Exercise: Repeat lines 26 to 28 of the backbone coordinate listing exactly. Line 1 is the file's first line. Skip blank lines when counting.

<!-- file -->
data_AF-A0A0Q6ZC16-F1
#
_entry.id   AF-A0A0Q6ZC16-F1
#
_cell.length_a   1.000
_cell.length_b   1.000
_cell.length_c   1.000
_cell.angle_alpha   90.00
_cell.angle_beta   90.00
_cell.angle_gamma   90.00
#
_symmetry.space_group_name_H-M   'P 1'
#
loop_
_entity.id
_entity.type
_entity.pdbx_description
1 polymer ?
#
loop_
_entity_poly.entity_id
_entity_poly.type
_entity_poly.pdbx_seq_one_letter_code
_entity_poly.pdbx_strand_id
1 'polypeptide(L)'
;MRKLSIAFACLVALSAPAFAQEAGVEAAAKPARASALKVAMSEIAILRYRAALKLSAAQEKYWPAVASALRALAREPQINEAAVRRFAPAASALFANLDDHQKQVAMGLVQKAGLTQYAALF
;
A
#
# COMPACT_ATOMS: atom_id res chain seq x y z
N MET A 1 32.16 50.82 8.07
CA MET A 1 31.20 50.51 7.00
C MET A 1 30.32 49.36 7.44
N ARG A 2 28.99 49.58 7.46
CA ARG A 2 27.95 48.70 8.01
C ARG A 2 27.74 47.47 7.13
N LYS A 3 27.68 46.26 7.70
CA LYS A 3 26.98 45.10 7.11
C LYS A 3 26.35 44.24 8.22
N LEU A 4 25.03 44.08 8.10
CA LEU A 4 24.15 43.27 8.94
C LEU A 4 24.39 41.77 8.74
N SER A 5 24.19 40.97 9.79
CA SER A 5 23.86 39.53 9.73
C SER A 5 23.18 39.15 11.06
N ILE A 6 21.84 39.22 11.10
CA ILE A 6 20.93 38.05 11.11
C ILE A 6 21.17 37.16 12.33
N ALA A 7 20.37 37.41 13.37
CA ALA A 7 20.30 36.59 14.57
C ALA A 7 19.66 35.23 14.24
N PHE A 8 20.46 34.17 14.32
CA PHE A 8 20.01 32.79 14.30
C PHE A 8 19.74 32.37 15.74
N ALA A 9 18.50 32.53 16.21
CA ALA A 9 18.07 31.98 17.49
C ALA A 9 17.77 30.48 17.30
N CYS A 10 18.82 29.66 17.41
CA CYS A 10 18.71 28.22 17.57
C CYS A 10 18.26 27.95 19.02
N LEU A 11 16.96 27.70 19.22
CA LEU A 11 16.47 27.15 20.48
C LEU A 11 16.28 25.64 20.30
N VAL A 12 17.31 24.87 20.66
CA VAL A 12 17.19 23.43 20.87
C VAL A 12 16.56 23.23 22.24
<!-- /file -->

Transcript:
;MRKLSIAFACLVALSAPAFAQEAGVEAAAKPARASALKVAMSEIAILRYRAALKLSAAQEKYWPAVASALRALAREPQINEAAVRRFAPAASALFANLDDHQKQVAMGLVQKAGLTQYAALF
;
A